Steel Prices Continue to Soar - March Commercial Director's Briefing
Steel Prices Continue to Soar - March Commercial Director’s Briefing
Without a doubt, the continued surging price of steel has been the topic dominating discussions across the industry this month. With prices for finished products breaking through the £1000 per tonne barrier, in both hot-dip galvanised and cold reduced – and certain grades of hot rolled not far behind, it’s not hard to understand why. This, along with extremely low inventory for many Service Centres and End Users has propelled prices onto previously unseen levels.
Few people, including myself, would have anticipated at the start of this year that prices would reach four figures. Just last month, I suggested that prices were unlikely to weaken but I did not anticipate the scale of the increases that were yet to come.
On average, quarterly price agreements have increased by £200 per tonne between Q1 and Q2, whilst ArcelorMittal, for example, has announced two further price increases in March alone – in addition to those announced previously this year.
Global demand for steel remains strong and looks set to get stronger with the announcement of various government stimulus packages around the world – particularly in China. Capacity, unfortunately, has so far been unable to meet that demand. A number of European mills have re-lit blast furnaces but lead times still extend into September and beyond. Consequently, it has been quicker, in many instances, to order material from the far east with July lead times being more typical.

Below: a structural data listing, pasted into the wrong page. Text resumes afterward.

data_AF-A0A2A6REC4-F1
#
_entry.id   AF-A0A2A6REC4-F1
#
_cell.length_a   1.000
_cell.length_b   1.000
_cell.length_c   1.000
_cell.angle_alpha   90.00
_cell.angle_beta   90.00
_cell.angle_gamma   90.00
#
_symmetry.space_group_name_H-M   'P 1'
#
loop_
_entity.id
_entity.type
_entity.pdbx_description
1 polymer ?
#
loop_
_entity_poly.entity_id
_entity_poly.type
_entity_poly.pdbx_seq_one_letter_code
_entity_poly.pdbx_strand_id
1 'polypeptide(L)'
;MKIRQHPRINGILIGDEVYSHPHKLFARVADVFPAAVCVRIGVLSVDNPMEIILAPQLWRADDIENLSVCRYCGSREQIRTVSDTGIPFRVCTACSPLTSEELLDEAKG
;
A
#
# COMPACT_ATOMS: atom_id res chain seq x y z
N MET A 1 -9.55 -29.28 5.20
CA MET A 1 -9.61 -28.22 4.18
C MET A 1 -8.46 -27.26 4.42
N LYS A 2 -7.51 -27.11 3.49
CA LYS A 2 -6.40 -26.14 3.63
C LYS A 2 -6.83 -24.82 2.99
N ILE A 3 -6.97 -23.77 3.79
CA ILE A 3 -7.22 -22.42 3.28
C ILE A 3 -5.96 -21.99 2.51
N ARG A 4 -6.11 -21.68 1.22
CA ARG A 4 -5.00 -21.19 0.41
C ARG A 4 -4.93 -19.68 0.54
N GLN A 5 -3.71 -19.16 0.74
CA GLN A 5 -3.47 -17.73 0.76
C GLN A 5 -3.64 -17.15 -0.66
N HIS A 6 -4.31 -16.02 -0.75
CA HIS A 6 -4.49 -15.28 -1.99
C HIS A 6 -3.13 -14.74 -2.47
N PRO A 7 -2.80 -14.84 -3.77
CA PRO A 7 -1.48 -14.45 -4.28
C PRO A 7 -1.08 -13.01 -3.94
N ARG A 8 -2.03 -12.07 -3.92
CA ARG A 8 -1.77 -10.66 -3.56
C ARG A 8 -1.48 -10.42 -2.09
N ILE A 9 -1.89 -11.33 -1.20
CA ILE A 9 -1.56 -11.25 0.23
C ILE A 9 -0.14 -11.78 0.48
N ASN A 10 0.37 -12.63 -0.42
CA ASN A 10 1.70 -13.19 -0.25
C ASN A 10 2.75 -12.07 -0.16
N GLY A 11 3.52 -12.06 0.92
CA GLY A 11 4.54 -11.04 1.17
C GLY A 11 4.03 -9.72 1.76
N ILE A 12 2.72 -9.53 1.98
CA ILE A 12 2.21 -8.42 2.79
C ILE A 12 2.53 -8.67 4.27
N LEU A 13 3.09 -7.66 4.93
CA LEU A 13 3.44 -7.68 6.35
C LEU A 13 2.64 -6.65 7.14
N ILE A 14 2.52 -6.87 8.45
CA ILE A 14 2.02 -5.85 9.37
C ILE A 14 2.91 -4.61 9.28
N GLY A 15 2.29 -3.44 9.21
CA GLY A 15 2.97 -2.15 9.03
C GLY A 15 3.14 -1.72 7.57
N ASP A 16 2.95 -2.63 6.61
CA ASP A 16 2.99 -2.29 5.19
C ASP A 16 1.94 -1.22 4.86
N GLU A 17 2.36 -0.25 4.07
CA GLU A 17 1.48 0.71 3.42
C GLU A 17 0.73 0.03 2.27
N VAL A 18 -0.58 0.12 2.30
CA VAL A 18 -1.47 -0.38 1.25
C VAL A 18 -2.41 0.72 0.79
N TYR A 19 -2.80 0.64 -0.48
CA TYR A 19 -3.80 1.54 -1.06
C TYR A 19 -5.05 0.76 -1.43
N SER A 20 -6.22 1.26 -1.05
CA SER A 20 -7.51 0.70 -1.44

From a Cooper and Jackson point of view, demand across all of the sectors we supply has been very encouraging. Our independent status means that we have been successfully working hard in conjunction with our global partners to source material for our customers. Import quotas have to be considered, and the rapid pace of price increases mean that it can be difficult to get a firm commitment on prices – same day decisions are required in many instances.
Our own experiences are reflective of what is happening more generally, and the net result of these conditions is that there is now a severe shortage of material, placing considerable pressure on manufacturing supply chains, with many European Mills still experiencing significant delays in supplying confirmed orders, plus the current uncertainty around the future of Liberty adding to the situation.
In February I believed that pressure on prices would ease during the summer, but this now looks extremely unlikely. In fact, further increases should be expected as we move through Q2. Until global supply catches up with demand, high prices seem inevitable. At a policy level, there is the option to reduce import quotas but this may undermine long term domestic capability.
When you examine current trading conditions it becomes difficult to refute the suggestion that prices will remain high right through to the end of 2021 and possibly beyond.
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